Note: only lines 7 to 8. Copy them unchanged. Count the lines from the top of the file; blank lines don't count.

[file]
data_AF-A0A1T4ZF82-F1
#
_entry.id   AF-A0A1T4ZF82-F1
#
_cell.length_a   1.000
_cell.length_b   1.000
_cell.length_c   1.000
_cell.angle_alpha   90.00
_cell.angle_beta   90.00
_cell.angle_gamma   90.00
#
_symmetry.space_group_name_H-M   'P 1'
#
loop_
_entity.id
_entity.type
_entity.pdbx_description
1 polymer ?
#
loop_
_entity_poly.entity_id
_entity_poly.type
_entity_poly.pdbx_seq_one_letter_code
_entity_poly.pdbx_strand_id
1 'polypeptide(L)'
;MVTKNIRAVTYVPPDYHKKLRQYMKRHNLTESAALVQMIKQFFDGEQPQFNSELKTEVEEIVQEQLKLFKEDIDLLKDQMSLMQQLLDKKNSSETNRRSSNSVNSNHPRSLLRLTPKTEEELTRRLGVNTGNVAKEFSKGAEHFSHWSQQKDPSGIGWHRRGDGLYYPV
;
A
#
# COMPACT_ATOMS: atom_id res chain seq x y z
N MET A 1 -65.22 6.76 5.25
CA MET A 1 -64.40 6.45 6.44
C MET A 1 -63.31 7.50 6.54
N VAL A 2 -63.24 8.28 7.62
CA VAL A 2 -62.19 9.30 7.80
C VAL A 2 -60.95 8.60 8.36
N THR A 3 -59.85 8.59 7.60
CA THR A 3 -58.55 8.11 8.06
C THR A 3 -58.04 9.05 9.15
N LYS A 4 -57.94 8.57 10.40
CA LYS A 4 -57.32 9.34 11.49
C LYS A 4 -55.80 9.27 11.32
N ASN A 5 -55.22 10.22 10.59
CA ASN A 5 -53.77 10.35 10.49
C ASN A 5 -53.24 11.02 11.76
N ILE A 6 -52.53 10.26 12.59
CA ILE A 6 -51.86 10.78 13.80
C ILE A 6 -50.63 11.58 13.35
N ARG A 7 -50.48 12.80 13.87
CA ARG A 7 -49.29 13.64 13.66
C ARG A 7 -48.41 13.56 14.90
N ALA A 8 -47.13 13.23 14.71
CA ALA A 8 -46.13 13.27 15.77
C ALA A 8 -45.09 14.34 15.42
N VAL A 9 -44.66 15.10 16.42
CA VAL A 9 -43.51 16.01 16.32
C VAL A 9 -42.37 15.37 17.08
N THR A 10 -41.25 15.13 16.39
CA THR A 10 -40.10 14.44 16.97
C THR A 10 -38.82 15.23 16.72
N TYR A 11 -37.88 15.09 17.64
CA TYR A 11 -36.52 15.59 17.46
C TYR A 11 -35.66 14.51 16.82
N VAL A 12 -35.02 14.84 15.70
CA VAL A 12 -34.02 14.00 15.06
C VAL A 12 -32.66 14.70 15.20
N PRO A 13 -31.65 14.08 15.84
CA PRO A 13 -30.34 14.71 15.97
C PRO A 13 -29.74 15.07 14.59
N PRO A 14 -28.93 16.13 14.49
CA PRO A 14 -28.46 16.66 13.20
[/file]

_cell.length_c   1.000
_cell.angle_alpha   90.00